Weak Global Clean Energy Investment in Third Quarter

clean energy investment
Global investment in clean energy by quarter, 2007 to Q3 2016, $bn Source: Bloomberg New Energy Finance. Note: In this chart, asset finance is adjusted for re-invested equity.

Global clean energy investment had its weakest quarter since 2013 between July and September this year, under the impact of a summer lull in offshore wind financings in Europe and a further stage in the slowdown seen this year in project funding in China and Japan.

Investment in renewable energy and energy smart technologies worldwide totalled $42.4bn in the third quarter of 2016, down 31% from the second quarter and a striking 43% from the equivalent three-month period of 2015, according to the latest authoritative data from Bloomberg New Energy Finance.[1]

The weakness of Q3 2016 was concentrated in particular areas – asset finance of utility-scale renewable energy projects was down 49% year-on-year at $28.8bn, with wind down 32% and solar down 67%; and investment in small-scale PV projects of less than 1MW was 35% lower at $9.3bn. In the geographical split, Chinese investment was down 51% compared with Q3 2015, at $14.4bn, while Japan was down 56% at $3.5bn.

Michael Liebreich, chairman of the advisory board at Bloomberg New Energy Finance, said: “These numbers for Q3 are worryingly low even compared to the subdued trend we saw in Q1 and Q2. A vital point to bear in mind is that there have been sharp reductions in the cost of PV systems, so that much more solar capacity can be added this year than last, per million dollars.

“However it is also clear that, after last year’s record investment levels, some key markets such as China and Japan are pausing for a deep breath. Also, in many countries, electricity demand growth is undershooting government forecasts. My view is that the Q3 figures are somewhere between a ‘flash crash’ blip, and a ‘new normal’.”

Abraham Louw, analyst for energy economics at BNEF, commented: “There is one special factor here, in the timing of offshore wind financings in Europe – these totalled $20.1bn in the first six months of 2016, a runaway record. But there was then a summer lull, with just $2.4bn in July to September.”

The global Q3 investment figures could be revised upwards in due course, if more transactions come to light. However, with the Q1 and Q2 data an average of 23% down on the equivalent quarters of 2015, it looks certain that clean energy investment in 2016 will end up well below last year’s record of $348.5bn.[2]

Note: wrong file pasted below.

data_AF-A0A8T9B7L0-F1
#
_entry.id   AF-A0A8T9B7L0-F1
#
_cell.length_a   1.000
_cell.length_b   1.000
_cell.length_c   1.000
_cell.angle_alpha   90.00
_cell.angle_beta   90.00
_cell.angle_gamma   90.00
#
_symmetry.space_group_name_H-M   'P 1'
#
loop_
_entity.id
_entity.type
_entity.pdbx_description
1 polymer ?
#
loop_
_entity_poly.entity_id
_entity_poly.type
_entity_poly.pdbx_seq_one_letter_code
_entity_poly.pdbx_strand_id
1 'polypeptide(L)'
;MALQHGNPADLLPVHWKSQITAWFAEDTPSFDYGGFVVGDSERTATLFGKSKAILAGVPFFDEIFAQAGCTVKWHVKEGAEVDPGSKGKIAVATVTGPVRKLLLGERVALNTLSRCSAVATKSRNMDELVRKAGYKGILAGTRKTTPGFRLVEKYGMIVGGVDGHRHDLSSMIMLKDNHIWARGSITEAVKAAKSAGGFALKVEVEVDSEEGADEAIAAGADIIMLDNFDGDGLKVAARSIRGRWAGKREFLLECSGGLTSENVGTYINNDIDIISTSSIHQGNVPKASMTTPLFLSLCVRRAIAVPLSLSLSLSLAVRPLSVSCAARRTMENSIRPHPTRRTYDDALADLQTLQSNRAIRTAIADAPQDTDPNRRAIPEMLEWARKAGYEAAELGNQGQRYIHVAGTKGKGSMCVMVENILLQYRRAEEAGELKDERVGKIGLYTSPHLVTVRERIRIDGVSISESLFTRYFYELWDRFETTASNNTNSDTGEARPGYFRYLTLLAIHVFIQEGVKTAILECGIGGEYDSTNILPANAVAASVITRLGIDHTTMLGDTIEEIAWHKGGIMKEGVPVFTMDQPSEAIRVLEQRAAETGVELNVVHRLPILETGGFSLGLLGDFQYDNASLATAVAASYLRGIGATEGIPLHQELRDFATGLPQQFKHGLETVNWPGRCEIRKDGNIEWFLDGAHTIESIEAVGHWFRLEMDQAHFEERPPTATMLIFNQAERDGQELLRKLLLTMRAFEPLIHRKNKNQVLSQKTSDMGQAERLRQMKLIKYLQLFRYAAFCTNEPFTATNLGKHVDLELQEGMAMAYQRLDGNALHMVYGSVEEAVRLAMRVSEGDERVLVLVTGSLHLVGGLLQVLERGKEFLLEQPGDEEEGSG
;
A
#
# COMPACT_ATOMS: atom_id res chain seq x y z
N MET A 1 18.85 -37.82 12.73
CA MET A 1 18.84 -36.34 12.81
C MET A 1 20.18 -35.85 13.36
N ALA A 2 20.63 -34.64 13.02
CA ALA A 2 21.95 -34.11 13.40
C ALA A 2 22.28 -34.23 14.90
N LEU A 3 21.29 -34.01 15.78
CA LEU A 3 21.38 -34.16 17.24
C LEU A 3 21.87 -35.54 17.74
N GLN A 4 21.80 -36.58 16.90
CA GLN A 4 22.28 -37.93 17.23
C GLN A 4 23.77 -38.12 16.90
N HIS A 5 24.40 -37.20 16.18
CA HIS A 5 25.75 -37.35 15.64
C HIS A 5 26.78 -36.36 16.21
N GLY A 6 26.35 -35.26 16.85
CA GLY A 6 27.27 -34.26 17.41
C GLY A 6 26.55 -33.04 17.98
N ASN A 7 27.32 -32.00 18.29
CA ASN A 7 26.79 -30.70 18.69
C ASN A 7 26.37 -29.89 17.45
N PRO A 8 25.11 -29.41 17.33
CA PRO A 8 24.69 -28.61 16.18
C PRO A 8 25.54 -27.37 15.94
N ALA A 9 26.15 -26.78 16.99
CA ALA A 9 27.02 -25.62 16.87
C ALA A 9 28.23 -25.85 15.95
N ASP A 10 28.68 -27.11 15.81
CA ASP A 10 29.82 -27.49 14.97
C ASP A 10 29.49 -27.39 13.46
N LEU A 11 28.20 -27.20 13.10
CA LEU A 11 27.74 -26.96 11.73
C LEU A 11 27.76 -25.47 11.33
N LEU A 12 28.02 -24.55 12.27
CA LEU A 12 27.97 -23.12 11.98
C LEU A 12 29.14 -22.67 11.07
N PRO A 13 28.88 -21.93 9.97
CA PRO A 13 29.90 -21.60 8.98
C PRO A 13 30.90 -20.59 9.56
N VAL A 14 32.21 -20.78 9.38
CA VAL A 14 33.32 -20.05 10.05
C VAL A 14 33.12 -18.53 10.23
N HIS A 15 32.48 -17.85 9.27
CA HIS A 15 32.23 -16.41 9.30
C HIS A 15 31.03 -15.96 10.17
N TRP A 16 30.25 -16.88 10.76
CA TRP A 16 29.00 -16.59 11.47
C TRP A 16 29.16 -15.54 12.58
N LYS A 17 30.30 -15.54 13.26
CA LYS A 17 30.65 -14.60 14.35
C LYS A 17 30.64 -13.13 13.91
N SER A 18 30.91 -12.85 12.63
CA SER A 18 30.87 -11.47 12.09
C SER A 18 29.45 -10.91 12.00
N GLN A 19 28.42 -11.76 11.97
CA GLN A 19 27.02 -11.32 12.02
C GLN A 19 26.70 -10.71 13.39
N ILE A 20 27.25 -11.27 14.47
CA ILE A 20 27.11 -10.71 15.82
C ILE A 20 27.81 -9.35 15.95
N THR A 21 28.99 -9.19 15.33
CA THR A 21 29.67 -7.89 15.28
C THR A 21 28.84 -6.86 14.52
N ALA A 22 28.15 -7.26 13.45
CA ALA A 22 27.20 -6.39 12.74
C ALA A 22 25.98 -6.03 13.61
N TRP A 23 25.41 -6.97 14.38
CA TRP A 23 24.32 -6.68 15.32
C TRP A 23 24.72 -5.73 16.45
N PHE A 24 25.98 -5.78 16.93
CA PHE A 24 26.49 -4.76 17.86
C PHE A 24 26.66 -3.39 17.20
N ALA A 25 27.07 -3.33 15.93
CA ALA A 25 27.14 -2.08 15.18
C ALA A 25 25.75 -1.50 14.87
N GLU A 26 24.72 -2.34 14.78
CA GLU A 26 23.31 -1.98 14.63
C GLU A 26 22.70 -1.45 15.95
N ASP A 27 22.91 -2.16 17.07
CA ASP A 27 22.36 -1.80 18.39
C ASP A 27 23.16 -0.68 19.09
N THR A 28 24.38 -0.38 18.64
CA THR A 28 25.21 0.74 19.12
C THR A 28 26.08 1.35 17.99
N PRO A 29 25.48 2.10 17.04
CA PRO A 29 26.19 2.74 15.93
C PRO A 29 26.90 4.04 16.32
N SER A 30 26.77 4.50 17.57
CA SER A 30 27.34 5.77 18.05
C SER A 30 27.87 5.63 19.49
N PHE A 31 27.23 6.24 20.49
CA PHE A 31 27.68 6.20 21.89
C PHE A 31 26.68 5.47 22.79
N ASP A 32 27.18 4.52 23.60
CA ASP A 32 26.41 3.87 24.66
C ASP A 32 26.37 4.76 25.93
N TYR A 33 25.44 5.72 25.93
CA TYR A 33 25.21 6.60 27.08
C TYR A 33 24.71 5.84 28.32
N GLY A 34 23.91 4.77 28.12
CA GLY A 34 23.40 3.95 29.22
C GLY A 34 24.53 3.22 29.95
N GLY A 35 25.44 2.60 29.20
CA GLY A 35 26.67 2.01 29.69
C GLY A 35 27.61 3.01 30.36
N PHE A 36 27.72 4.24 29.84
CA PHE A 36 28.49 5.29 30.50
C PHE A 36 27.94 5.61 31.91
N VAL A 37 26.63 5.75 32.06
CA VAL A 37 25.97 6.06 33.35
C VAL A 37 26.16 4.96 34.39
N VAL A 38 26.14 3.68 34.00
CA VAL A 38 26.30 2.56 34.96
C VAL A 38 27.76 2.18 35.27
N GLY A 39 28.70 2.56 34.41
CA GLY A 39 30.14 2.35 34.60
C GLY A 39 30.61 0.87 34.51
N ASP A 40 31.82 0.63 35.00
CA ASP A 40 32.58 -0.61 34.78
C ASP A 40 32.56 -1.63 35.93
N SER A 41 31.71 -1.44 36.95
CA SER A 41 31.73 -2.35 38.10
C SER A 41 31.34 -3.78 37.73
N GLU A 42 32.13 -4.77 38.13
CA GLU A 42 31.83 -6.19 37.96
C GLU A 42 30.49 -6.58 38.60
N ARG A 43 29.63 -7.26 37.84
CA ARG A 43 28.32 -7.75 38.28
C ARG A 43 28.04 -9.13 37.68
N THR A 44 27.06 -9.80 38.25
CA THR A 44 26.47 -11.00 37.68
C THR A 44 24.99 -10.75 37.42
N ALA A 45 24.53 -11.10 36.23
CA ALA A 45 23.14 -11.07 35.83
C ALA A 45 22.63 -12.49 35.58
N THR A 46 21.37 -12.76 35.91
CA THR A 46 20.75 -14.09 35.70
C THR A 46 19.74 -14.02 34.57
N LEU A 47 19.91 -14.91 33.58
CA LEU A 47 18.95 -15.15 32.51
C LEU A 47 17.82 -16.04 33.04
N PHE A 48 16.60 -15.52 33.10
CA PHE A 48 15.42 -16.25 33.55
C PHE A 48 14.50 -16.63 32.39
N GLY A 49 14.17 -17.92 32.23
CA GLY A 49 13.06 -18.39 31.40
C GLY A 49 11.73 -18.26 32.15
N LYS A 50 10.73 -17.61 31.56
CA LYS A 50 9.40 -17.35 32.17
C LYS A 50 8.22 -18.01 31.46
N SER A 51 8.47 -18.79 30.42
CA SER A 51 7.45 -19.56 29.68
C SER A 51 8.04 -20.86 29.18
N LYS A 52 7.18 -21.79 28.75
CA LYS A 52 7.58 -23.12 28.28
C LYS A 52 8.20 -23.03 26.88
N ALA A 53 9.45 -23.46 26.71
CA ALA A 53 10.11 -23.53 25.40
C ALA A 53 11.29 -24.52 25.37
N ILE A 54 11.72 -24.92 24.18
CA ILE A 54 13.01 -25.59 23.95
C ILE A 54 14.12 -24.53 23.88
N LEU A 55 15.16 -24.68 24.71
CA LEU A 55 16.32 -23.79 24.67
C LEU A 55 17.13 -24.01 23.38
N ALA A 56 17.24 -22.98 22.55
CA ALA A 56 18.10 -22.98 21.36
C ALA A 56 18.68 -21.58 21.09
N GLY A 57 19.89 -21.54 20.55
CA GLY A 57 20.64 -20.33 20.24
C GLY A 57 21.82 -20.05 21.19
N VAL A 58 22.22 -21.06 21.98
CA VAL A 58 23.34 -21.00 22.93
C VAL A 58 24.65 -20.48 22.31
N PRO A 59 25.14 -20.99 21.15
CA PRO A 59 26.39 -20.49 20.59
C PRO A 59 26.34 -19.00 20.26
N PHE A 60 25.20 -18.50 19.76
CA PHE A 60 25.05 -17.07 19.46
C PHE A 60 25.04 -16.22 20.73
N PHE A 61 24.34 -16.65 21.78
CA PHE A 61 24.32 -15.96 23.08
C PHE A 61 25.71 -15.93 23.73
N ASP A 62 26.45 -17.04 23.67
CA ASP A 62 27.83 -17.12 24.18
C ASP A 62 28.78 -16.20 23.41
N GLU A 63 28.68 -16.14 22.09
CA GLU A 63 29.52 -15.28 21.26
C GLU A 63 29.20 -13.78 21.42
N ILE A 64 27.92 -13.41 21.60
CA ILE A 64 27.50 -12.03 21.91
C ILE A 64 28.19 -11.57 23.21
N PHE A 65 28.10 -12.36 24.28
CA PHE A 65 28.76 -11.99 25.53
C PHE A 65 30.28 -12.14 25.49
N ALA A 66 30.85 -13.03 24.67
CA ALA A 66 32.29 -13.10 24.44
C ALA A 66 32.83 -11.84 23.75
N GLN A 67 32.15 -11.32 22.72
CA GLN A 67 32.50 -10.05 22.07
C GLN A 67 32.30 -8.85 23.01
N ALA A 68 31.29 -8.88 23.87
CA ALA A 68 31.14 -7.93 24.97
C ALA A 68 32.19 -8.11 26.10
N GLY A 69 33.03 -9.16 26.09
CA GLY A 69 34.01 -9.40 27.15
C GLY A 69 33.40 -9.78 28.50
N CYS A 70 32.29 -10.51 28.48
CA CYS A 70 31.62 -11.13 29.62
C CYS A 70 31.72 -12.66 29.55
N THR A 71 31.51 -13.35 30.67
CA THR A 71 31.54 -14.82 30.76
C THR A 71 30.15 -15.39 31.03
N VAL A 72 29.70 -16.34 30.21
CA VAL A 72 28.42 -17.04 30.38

The third-quarter investment total of $42.4bn was the weakest in any quarter since the $41.8bn of Q1 2013. The highest quarterly total ever was $90bn, in Q2 2015.

Q3 2016 clean energy investment by category

The brightest feature of the Q3 investment figures was a jump in venture capital and private equity investment in specialist clean energy companies. This amounted to $3.2bn in July to September, up 73% on the equivalent period last year and the highest quarterly VC/PE outturn for nearly six years.

Behind these figures were the early-stage financing of two Chinese advanced transport companies – $1.1bn for electric sports car company Le Holdings and $1bn for WM Motor Technology, which is developing mass-market electric vehicles. The third biggest VC/PE deal was $220m for Solar Mosaic, a US company providing financing for people to buy PV panels.

Public markets investment in clean energy in Q3 was $1.7bn, down 58% from the corresponding quarter of 2015, with the biggest transactions being $396m and $353m secondary share issues by, respectively, Chinese solar inverter manufacturer Sungrow Power Supply and US ‘yieldco’ NextEra Energy Partners.

Asset finance of utility-scale renewable energy projects in Q3 2016 was $28.8bn, down 49% from the same period of last year, as stated above. The largest financing deals of the quarter were $1.8bn for the 396MW Merkur offshore wind farm in the German North Sea, and $1.2bn for the 299MW Tees biomass project in the UK.

In other technologies, the largest asset financings in onshore wind were the EON Twin Forks onshore wind farm in Illinois in the US, at 278MW and $500m; the SBG Cleantech Ghani solar project in India, at 350MW and an estimated $350m; and the Geotermica Plantanares geothermal project in Honduras, at 35MW and $180m.

Much lower unit costs for PV panels, as well as the cooling of Japan’s solar boom, contributed to the 35% year-on-year drop in small-scale project investment, to $9.3bn worldwide in Q3 2016.

Q3 2016 clean energy investment by country

China was, as usual, the largest investing country in clean energy in Q3. However, its total of $14.4bn was no less than 51% lower than it was in the same quarter of 2015 – reflecting a hiatus after last year’s rush to take advantage of incentives that were about to expire. The US was the second biggest market, with investment of $9.5bn, down 40% on Q3 last year.

Europe saw clean energy investment of $7.7bn in Q3, down 5% on a year earlier, with the two main contributors being the UK at $2.7bn, down 12%, and Germany at $2.6bn, up 31%. Japan had investment of $3.5bn, down 56%, while Brazil was down 40% at $1.3bn and India down 26% at $2bn.

Bloomberg New Energy Finance will be publishing clean energy investment data for the whole of 2016 in early January 2017. The fourth quarter of the year is often the busiest one, as banks strive to meet lending targets and project developers take advantage of incentive programmes before any year-end changes.

[1] BNEF’s measure of clean energy investment excludes hydro-electric projects of more than 50MW. Separate annual figures are estimated for large hydro.

[2] The annual total includes some elements not calculated quarterly, including corporate and government R&D, and asset finance of smart grid projects.

Leave a Reply

Your email address will not be published.